Tuesday, 6 March 2012

Bridging the Gap between Animal Brains and “Intelligent” Human Brains.

In drafting The Evolution of Intelligence – From Neural Nets to Language I was perhaps trying to get a quart into a pint pot – as I had a lot that I wanted to say which could not reasonably all fit into one post. First reactions show that I failed to clearly state how the whole fitted into an evolutionary model. So here goes ...

Basic Evolutionary Principles
  • All land vertebrates have basically the same body architecture
  • Some mammals have made extreme modifications to the basic architecture simply by stretching some bits and/or shrinking others.
  • To understand the changes in a particular case we need to understand
  1. the original organ that has been stretched
  2. The way it has been stretched
  3. the evolutionary pressures on it to expand or not
  4. Any special adaptations or trigger points necessary to explain the extreme stretching.
The Key Question
  • In the Human species something has expanded in the brain apart from its physical size. What is it and what factors would have been relevant in its expansion?
My Suggested Answer in General Terms
  1. All land vertebrate brains need to have a simple “trial and error” mechanism for classifying relevant features of their environment, remembering the past, and using these memories to suggest appropriate actions. This should include an accelerated ability to learn about dangers.
  2. This basic mechanism, with a few comparatively small modifications, is sufficient to explain what the human brain does given the right resources in term of physical brain size and time to learn. In behavioural terms most of what we actually see is cultural and need not represent any major changes in the brain's internal way of working.
  3. While it might seem obvious that being more intelligent is an evolutionary advantage in practice this is not the case. This is because a large brain is an expensive organ to run, the “learning” process is slow, and everything learnt is lost when the brain dies. Species which use their limited resources on other ways of staying alive are more likely to be successful.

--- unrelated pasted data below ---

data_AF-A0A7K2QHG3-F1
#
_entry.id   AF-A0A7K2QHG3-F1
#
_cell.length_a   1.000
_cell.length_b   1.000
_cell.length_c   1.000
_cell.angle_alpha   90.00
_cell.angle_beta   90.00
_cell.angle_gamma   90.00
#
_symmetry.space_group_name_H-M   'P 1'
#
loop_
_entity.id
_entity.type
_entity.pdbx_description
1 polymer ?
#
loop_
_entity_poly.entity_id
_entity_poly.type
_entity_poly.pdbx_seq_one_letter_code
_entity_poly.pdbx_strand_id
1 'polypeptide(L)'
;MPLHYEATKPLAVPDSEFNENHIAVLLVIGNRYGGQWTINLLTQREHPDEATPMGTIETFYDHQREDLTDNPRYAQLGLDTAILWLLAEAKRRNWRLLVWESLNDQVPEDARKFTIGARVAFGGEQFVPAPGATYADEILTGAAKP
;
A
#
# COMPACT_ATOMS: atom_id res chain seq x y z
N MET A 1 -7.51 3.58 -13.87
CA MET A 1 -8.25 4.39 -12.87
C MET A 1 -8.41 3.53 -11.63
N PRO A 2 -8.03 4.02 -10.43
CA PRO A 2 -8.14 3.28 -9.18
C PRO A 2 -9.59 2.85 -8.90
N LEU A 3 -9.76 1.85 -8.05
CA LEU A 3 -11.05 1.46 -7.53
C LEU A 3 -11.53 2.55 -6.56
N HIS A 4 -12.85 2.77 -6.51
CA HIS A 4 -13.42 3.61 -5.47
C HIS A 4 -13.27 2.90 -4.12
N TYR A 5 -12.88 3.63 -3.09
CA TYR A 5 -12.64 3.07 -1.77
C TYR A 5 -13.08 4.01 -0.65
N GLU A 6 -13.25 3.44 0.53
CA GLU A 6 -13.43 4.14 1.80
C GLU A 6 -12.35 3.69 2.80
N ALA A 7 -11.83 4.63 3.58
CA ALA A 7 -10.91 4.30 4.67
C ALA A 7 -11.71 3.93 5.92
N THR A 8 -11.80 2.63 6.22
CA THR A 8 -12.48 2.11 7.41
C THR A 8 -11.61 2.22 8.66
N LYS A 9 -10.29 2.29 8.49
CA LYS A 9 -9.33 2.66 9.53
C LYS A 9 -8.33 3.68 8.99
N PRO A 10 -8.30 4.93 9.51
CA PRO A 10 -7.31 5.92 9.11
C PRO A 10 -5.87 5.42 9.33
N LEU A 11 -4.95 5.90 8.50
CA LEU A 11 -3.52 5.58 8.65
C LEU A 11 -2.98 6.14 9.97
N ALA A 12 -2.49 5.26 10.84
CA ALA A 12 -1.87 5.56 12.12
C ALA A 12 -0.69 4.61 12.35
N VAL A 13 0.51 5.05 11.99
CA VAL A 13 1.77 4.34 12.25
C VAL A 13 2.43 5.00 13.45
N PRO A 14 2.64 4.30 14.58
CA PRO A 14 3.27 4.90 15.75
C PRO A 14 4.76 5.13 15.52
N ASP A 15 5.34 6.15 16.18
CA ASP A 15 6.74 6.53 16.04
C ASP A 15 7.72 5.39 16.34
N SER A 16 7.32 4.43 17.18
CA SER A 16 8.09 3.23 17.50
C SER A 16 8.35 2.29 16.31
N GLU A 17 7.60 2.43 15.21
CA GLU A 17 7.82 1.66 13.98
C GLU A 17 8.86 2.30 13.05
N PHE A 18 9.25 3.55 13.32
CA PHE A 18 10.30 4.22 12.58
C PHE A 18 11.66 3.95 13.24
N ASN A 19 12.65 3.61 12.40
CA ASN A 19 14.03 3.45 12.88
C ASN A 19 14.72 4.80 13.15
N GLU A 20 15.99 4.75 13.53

4. The more information that can be transferred from one generation to the next the more economic it becomes to expand the brain's information holding capacity. There are a number of potential trigger points where improving such communication significantly increases the advantage of being able to store and process more information. One such trigger point is undoubtedly the ability to name objects and actions by associating symbolic noises and/or gestures with them. Another could be the modification of the “learn about dangers quickly” mechanism that must be present in all animal brains to apply to information transferred from older members of the species.
My Specific Contribution to answering the Key Question
There has been much debate in the literature as to the validity or not of such models. My specific contribution to the debate is to show that a highly unconventional artificial language called CODIL can demonstrate significant information processing capabilities AND appears to be compatible with the very simple information processing model which all land vertebrates must have to some degree. I do not claim CODIL provides a perfect model of how the brain processes information, or the steps needed to get to where we are today. However it demonstrates possible mechanisms by which a basic animal brain could be stretched to support something approaching natural language and human intelligence.

If your reaction is to reject the CODIL approach because it was a byproduct of computer modelling I suggest you look at How many trucks will your helicopter pull?

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